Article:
I realize some of you find it incredibly obnoxious that we gave child a Moleskin8 for his fourth birthday. But do you know what isn’t obnoxious? How JR will hang out in his room well past 7:30 just doodling away in it. He also calls the inner pocket his “Super Secret Agent Pouch” and tucks “Super Secret Notes” to himself in there. I die.
JR got the Spider-Man edition of this wondrous book of stickers (1,000 of them!) for his birthday, and he cannot get enough. He brings it wherever he goes–in the car, to church, even to bed on occasion—just flipping through the pages over and over again, shouting the names of each character he sees. He’s even taken to adding the stickers to the scribble-scrabble in his Moleskin, creating incredibly (and adorably) complex scene and stories. We’ve got a budding collagist on our hands!
Each of the fifty-two cards includes a realistic photo representing the word printed on the card; each card has its own rhyming match. Use them to play matching games, memory games, or even Go Fish (currently a VERY popular game in our house). And consider how much use you’ll get out of these babies, at $4.95 per pack they are an absolute steal.
JR isn’t ready for a game of Chicken Foot or Mexican Train yet, but he loves the process of painstakingly constructing a line of dominoes stretching from one end of the room to the other…and masochistically knocking them all down. Because who doesn’t?
We’re not the most athletic of people, but we do realize the value of nurturing the development of our son’s hand-eye coordination—I mean, beyond video games. This very, very basic T-Ball set is great for little ones just learning to swing a bat. It’s also great for adults who aren’t exactly sure how to teach said little ones to swing said bat.9
9. Ranger Rick
A warning: it takes a while for the recipient of The Gift of Ranger Rick to realize its greatness. When my sister told JR she’d given him a year-long subscription to a magazine for his birthday last year, he just sort of blinked at her and then moved on to the next present. However, when that first edition showed up in the mail with his name on it, the kid lost his damn mind. And once he realized those pages were chock full of pictures and stories about bats! and dolphins! and SPIDERS?!?! Forget it; he was hooked.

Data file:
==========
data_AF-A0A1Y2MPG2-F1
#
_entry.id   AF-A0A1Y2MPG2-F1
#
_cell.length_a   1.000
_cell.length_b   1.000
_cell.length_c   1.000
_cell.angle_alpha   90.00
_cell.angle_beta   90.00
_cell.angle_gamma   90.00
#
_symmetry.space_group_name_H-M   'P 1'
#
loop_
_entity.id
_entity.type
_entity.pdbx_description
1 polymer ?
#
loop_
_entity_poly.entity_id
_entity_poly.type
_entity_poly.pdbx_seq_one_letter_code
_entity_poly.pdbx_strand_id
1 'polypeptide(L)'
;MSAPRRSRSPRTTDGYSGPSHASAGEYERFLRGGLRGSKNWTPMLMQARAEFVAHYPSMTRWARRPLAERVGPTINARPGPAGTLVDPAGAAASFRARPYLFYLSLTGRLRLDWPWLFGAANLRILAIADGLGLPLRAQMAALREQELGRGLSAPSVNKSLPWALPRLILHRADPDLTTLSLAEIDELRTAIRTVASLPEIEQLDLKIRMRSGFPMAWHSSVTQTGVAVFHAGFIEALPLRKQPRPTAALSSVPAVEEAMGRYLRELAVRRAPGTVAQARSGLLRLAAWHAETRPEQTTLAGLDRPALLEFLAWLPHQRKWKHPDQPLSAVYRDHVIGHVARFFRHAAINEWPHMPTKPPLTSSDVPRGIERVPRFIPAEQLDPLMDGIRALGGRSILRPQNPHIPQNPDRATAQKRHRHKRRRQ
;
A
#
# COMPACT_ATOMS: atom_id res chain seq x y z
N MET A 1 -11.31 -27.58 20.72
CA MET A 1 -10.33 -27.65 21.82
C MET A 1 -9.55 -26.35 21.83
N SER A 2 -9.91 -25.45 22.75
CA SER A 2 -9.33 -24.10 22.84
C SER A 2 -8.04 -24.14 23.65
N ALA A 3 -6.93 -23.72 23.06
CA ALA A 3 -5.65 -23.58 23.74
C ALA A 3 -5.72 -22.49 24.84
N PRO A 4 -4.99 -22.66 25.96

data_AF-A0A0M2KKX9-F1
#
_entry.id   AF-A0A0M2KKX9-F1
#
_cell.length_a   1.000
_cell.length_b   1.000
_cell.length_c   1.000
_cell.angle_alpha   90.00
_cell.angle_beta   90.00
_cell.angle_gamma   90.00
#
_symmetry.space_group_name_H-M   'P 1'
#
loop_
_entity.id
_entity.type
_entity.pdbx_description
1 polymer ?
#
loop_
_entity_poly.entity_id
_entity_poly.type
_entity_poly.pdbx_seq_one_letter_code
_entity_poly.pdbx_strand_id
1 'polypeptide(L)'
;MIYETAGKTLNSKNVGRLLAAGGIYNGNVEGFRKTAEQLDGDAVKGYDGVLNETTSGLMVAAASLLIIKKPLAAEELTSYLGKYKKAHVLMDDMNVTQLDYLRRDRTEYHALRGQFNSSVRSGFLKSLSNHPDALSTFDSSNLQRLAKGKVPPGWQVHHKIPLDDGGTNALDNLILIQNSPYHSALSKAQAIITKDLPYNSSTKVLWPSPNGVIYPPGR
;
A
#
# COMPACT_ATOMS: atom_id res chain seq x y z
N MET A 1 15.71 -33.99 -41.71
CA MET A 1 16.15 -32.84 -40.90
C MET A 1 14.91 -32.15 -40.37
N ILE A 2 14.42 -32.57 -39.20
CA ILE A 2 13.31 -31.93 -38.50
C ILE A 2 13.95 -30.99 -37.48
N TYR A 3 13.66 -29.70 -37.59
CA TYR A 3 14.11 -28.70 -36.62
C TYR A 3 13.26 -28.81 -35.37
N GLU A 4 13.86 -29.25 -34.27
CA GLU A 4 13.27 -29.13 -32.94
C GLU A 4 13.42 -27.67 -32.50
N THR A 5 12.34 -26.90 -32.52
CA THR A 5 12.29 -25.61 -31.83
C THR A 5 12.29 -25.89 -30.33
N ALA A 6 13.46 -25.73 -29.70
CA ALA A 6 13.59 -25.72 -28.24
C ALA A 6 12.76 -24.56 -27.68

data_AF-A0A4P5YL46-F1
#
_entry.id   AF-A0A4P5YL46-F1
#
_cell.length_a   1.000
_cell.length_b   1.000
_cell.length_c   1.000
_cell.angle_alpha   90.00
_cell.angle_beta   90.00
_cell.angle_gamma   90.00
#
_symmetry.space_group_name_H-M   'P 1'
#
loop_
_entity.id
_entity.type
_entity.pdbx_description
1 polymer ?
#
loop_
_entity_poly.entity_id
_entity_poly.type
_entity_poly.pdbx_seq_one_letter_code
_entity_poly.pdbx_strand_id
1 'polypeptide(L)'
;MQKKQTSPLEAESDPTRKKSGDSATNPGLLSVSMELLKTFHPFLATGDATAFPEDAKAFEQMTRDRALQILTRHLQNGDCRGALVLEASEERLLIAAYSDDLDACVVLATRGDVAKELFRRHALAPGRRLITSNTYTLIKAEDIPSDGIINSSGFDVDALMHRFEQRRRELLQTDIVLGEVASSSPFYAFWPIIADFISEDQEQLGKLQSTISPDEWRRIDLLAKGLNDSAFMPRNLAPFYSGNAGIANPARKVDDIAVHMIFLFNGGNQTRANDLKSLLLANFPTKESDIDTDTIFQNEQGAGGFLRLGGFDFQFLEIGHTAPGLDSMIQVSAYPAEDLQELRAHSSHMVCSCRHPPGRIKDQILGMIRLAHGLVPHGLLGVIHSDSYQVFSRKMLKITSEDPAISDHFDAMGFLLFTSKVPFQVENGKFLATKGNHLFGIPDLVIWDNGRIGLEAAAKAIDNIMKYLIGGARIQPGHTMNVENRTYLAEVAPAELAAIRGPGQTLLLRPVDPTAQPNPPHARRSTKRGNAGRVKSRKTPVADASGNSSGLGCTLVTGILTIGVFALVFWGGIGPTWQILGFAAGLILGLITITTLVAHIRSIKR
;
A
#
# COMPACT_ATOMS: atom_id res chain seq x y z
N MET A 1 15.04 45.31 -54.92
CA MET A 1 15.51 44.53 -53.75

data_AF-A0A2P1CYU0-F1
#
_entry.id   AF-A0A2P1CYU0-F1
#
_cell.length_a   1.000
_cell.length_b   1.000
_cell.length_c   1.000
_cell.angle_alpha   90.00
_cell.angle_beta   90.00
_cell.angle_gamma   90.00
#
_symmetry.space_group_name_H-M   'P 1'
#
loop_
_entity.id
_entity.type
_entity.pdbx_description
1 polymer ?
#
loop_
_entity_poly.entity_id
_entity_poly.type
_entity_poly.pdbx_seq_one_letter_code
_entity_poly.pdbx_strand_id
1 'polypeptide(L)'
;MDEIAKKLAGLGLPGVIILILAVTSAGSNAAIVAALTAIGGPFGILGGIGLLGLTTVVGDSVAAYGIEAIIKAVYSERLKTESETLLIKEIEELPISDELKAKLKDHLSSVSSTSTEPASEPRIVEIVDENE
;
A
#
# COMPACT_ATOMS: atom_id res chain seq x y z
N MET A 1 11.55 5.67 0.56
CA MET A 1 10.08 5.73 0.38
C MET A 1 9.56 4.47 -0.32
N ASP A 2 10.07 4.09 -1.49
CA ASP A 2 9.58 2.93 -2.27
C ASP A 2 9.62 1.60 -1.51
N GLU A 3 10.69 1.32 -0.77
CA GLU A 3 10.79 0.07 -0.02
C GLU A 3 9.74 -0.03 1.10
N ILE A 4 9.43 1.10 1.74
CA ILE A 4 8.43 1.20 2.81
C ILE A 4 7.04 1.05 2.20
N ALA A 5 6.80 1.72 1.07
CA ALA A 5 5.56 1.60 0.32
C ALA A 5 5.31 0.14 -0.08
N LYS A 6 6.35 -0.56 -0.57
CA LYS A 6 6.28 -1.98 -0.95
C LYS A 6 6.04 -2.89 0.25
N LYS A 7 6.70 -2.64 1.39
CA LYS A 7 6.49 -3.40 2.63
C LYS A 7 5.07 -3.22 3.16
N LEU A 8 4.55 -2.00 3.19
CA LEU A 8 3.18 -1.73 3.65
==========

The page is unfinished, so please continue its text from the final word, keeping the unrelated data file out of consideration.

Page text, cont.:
10. For the Kids
Typically JR just listens to whatever music we’re into at the moment, but I do try to cater to his preschool tastes every now and then. This album from VH1’s Saves the Music offers a good compromise for everyone, with new and old kid songs performed by the likes of Sarah McLachlan, Cake,10 and Jeff Tweedy.
It kind of irks me that ol’ M & D don’t call a spade and spade and market these as what they really are: Baby’s First Tangrams! But I’ll forgive them because when we bring this out, I’m guaranteed a solid 45 minutes of me-time. Plus they help with JR’s spatial reasoning and understanding of geometric ideas, etc. etc. etc.
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Got any other kid-tested, parent-approved preschooler gift ideas to share? Leave them in the comments!
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- Email and voice mail. These people are kind, generous, and determined. ↩
- If anyone reading this is feeling particularly generous, you can mail me a check to the RVANews office; they’ll make sure I get it. ↩
- After all, he does love his stuff. ↩
- I’m looking at you, Buzz Lightyear, with your sirens and shouting and inexcusable lack of an off switch. ↩
- They won’t really hate you. But they’ll remember you. And they’ll remember to give your future children the same bleepy-bloopy toys you gave their kids. ↩
- With an automatic shutoff! ↩
- Because of this…I just…I can’t even. ↩
- We also gave him fancy colored pencils. They are awesome, and I’m jealous. ↩
- That would be me. ↩
- Cake’s cover of Mahna Mahna is a complete delight. I should know; we’ve listened to it approximately 32,000 times. ↩